A ceremony to recognize her achievements has been canceled and her fellowship is on hold. But she has bigger problems, including whether she will be able to finish college at all. Her mother’s interior design business, which funded the portion of her education that was not covered by scholarships, has dried up.
Ms. Triska, who lives in an apartment she pays for with her student job, still owes $600 toward the tuition fee for her final semester of college.
“Every time I log into my student account, I see the $600 balance. I don’t even know who I should go to, if they would be open to negotiating the remaining balance,” Ms. Triksa said.
Students who rushed to airports to beat looming border closures and wait out the pandemic at home also fear they will face legal hurdles when they try to return to the United States to complete their schooling.
Mercy Idindili, a sophomore at Yale studying statistics, said she returned to Tanzania after feeling pressured to do so in a series of emails from college administrators that made clear the institution was going to make “very few exceptions” for international students who wanted to stay in the United States.
At first, Ms. Idindili made plans to stay with a friend in Georgia, but when other international students warned her that the arrangement could become uncomfortable if it went on for too long, Ms. Idindili decided to go home at the last minute.
Before leaving on a ticket paid for by the school, she made sure to warn her professors that she was going to be seven hours ahead and that her internet access would be inconsistent because of frequent blackouts.
“Honestly, that whole week was very hard,” she said, “I did cry a lot because I was so confused and so disappointed by everything.”
At first, she had been waking up at 3 a.m. to attend virtual lectures in a linear algebra class that was giving her trouble. Her professor has since begun recording the lectures for her, which is helping her keep up.
But Ms. Idindili’s visa to re-enter the United States expires in July, and American consulates abroad are all closed indefinitely. The State Department has also suspended visa processing until further notice.
“I’m just really scared of what happens if Tanzania doesn’t solve this problem soon enough, and the U.S. consulate chooses to remain closed for a long time and I’m not able to renew my visa and go back to school,” she said.
The legal status of all international students has become less certain because of the coronavirus pandemic. Normally, their visas require them to take classes in person, rather than online. The Department of Homeland Security temporarily relaxed that rule in light of the crisis, but the exception could be reversed at any time.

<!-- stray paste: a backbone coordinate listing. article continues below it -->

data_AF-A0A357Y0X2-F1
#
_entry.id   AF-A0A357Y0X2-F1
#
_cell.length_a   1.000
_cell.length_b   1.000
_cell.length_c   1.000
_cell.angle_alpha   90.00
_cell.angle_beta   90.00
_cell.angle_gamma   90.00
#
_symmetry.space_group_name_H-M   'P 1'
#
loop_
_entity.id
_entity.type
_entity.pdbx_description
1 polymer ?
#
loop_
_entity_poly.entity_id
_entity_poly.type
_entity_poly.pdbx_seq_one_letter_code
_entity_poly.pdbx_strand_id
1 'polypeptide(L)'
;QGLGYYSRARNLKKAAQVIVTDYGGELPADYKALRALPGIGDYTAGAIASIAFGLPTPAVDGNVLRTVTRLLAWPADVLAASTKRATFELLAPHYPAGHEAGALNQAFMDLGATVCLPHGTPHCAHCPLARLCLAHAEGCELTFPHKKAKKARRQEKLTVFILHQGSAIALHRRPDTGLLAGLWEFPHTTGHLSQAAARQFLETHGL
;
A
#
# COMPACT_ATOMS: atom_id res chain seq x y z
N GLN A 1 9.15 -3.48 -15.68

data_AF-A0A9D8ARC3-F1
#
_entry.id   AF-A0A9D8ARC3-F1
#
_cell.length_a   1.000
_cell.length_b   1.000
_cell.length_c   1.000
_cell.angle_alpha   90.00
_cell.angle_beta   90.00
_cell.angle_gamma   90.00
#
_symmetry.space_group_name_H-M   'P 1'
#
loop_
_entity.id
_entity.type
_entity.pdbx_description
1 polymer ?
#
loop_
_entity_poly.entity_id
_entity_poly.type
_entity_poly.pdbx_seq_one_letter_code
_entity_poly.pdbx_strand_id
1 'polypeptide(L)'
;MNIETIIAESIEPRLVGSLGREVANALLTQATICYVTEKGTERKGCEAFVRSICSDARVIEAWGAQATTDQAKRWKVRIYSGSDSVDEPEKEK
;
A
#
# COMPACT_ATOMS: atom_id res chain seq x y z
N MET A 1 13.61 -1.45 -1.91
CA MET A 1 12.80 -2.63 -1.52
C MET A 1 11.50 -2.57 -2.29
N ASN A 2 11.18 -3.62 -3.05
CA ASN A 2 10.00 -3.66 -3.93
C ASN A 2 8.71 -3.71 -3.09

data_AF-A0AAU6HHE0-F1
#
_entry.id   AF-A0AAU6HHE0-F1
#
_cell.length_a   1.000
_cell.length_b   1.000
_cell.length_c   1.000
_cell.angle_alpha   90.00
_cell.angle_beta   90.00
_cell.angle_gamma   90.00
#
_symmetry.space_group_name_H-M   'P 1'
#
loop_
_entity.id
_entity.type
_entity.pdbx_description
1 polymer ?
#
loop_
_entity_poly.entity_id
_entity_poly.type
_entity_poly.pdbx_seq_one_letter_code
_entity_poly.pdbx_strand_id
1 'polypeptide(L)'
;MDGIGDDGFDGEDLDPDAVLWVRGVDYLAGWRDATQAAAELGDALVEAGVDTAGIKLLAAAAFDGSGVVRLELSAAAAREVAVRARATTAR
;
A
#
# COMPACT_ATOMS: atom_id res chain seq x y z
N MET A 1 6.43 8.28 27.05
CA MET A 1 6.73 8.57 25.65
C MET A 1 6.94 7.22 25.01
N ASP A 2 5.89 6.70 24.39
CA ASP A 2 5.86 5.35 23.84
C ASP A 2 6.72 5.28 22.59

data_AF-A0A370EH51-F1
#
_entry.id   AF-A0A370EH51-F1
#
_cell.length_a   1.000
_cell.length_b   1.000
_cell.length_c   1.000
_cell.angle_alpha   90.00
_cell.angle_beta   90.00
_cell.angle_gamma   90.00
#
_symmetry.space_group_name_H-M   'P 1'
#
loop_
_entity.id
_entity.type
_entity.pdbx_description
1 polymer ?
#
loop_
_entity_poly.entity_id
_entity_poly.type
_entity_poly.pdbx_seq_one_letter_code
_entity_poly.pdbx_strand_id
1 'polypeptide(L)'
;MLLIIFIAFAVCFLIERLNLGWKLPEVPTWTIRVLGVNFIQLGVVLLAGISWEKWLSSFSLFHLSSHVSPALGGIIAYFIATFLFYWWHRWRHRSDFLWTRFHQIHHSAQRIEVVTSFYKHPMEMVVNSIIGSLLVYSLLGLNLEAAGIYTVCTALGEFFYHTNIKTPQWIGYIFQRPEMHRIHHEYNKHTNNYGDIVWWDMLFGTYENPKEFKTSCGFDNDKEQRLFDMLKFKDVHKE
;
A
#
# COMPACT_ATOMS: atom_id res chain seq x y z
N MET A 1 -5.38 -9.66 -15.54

Some students said they cannot wait for a more permanent solution to their visa problems. Emma Tran, who studies studio art and psychology at California State University, Long Beach, burst into tears explaining she only has enough money in her bank account to cover another month and a half of living expenses, and will likely have to return home to Vietnam.
Ms. Tran lost both of her campus jobs because of the coronavirus pandemic. Her parents’ income from an apartment they own, half of which they typically rent out to tourists, has also dropped precipitously.
Trying to stretch funds, Ms. Tran at first went to a food pantry on campus, but her parents discouraged her from taking donated goods that others might need more than she did. Since then, she’s resorted to eating rice for more of her meals and either skipping or limiting the amount of meat she consumes to save money.
“My mom said if this thing doesn’t get controlled in two or three months, I will have to go back home,” she said, “It’s really sad.”
Ms. Mariutsa, the Russian student at Northeastern University, had been overseas last month for an internship in Geneva when she learned of the crisis.
She woke up one morning to a news alert announcing that the American border would close that evening and dozens of missed calls from friends and family who were worried about her.
Also in her inbox was an email from Northeastern telling her to pack her things and return to the United States immediately. Airports in Geneva close early, and the last flight was scheduled to take off only about four hours later.
“It was probably the most stressful day of my life,” she said.
In the end, she decided to stay in Switzerland after her boss discouraged her from flying to New York; it was a coronavirus hot spot where she would have nowhere to stay.
Now, she is living without health insurance or income. When the money she saved from a previous internship runs out, she plans to move in with colleagues who offered up their couches.
On Friday, she learned that she had been chosen by Northeastern as one of the 100 most influential seniors in her graduating class this year.
“When I was a freshman, I felt like that would be the biggest accomplishment ever because international students don’t usually get those awards, because of the language and cultural differences. It’s really hard to shine in the United States,” she said.
“But now,” she explained, “I don’t even know if I’m going to be graduating. It just feels like, does it even matter anymore?”